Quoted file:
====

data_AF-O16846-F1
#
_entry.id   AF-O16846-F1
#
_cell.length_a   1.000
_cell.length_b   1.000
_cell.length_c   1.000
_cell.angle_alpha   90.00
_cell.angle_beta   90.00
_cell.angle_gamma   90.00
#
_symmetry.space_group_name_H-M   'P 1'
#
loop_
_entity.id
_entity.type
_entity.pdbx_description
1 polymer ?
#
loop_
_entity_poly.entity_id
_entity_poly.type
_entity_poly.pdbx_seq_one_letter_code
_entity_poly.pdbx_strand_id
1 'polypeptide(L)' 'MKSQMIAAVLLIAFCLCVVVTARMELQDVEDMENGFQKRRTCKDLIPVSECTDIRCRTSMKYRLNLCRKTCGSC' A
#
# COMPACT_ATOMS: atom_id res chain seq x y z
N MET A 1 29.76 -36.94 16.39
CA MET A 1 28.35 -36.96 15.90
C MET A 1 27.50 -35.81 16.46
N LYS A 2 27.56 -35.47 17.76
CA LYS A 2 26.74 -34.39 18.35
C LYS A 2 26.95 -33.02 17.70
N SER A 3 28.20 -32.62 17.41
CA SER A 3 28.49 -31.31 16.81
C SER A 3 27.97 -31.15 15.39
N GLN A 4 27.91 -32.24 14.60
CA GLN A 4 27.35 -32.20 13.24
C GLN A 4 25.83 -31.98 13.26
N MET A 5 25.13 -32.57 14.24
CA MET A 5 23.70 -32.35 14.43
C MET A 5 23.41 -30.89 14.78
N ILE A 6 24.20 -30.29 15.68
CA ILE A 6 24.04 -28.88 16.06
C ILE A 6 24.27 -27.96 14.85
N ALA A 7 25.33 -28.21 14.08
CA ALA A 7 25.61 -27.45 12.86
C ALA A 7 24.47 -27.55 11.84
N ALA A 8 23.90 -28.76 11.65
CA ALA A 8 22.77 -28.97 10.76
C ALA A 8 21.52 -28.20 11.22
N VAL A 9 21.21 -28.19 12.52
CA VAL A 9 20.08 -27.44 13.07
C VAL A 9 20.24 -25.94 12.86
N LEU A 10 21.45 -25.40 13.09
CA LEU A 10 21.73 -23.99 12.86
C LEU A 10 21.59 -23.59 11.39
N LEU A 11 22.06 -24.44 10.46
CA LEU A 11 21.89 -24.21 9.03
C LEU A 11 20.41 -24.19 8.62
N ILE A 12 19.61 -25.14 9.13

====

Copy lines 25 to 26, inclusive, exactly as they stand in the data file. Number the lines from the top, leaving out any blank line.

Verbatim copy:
1 'polypeptide(L)' 'MKSQMIAAVLLIAFCLCVVVTARMELQDVEDMENGFQKRRTCKDLIPVSECTDIRCRTSMKYRLNLCRKTCGSC' A
#